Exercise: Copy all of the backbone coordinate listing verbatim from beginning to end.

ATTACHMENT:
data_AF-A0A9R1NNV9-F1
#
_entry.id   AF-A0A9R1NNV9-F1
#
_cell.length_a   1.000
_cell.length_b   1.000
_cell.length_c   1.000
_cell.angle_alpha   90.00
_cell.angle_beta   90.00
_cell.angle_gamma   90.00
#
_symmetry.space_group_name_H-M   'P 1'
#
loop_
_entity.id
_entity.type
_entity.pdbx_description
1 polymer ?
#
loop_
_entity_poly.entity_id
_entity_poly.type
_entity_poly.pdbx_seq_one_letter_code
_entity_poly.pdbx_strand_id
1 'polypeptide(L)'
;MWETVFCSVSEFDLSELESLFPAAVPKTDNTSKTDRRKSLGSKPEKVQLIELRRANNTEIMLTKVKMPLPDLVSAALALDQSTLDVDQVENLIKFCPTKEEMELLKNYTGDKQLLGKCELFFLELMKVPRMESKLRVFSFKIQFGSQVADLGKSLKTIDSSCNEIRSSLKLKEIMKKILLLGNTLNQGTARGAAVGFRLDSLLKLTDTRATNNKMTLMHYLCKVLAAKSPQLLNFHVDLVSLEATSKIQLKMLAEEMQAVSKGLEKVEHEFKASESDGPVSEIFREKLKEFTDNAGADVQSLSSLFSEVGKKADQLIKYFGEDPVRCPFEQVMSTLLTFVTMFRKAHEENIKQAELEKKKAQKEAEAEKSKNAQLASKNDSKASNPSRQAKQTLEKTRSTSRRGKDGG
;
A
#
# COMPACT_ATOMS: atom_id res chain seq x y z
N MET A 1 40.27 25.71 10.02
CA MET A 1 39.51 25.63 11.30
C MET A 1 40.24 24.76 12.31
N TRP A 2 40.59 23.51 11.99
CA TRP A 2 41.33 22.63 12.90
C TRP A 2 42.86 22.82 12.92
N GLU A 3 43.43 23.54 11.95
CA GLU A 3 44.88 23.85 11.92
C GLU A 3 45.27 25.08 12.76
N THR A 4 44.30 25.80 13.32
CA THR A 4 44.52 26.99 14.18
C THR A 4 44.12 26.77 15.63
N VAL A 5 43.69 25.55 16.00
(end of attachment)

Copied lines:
data_AF-A0A9R1NNV9-F1
#
_entry.id   AF-A0A9R1NNV9-F1
#
_cell.length_a   1.000
_cell.length_b   1.000
_cell.length_c   1.000
_cell.angle_alpha   90.00
_cell.angle_beta   90.00
_cell.angle_gamma   90.00
#
_symmetry.space_group_name_H-M   'P 1'
#
loop_
_entity.id
_entity.type
_entity.pdbx_description
1 polymer ?
#
loop_
_entity_poly.entity_id
_entity_poly.type
_entity_poly.pdbx_seq_one_letter_code
_entity_poly.pdbx_strand_id
1 'polypeptide(L)'
;MWETVFCSVSEFDLSELESLFPAAVPKTDNTSKTDRRKSLGSKPEKVQLIELRRANNTEIMLTKVKMPLPDLVSAALALDQSTLDVDQVENLIKFCPTKEEMELLKNYTGDKQLLGKCELFFLELMKVPRMESKLRVFSFKIQFGSQVADLGKSLKTIDSSCNEIRSSLKLKEIMKKILLLGNTLNQGTARGAAVGFRLDSLLKLTDTRATNNKMTLMHYLCKVLAAKSPQLLNFHVDLVSLEATSKIQLKMLAEEMQAVSKGLEKVEHEFKASESDGPVSEIFREKLKEFTDNAGADVQSLSSLFSEVGKKADQLIKYFGEDPVRCPFEQVMSTLLTFVTMFRKAHEENIKQAELEKKKAQKEAEAEKSKNAQLASKNDSKASNPSRQAKQTLEKTRSTSRRGKDGG
;
A
#
# COMPACT_ATOMS: atom_id res chain seq x y z
N MET A 1 40.27 25.71 10.02
CA MET A 1 39.51 25.63 11.30
C MET A 1 40.24 24.76 12.31
N TRP A 2 40.59 23.51 11.99
CA TRP A 2 41.33 22.63 12.90
C TRP A 2 42.86 22.82 12.92
N GLU A 3 43.43 23.54 11.95
CA GLU A 3 44.88 23.85 11.92
C GLU A 3 45.27 25.08 12.76
N THR A 4 44.30 25.80 13.32
CA THR A 4 44.52 26.99 14.18
C THR A 4 44.12 26.77 15.63
N VAL A 5 43.69 25.55 16.00